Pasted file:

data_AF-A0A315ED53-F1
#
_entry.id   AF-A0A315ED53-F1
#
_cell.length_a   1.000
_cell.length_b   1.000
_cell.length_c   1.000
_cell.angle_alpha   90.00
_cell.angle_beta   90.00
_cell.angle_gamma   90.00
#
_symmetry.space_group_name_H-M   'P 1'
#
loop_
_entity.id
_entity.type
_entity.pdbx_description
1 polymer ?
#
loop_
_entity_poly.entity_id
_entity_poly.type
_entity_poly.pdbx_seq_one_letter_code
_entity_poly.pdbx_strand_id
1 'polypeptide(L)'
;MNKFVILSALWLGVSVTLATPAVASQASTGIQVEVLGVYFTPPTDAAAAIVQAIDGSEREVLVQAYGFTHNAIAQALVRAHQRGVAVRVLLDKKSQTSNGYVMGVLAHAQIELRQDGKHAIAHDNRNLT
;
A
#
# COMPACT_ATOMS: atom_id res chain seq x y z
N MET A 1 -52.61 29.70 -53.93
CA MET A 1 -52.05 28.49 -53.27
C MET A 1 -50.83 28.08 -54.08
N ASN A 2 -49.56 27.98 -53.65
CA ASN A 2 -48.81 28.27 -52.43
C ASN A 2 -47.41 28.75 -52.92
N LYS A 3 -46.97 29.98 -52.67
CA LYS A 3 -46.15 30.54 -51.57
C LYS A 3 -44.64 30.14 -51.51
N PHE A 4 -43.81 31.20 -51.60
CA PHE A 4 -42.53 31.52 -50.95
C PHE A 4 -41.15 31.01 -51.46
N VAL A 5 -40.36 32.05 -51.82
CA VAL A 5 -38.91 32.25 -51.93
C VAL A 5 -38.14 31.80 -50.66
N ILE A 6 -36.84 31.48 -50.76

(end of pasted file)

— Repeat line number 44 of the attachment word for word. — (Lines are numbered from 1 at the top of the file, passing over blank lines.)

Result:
CA VAL A 5 -38.91 32.25 -51.93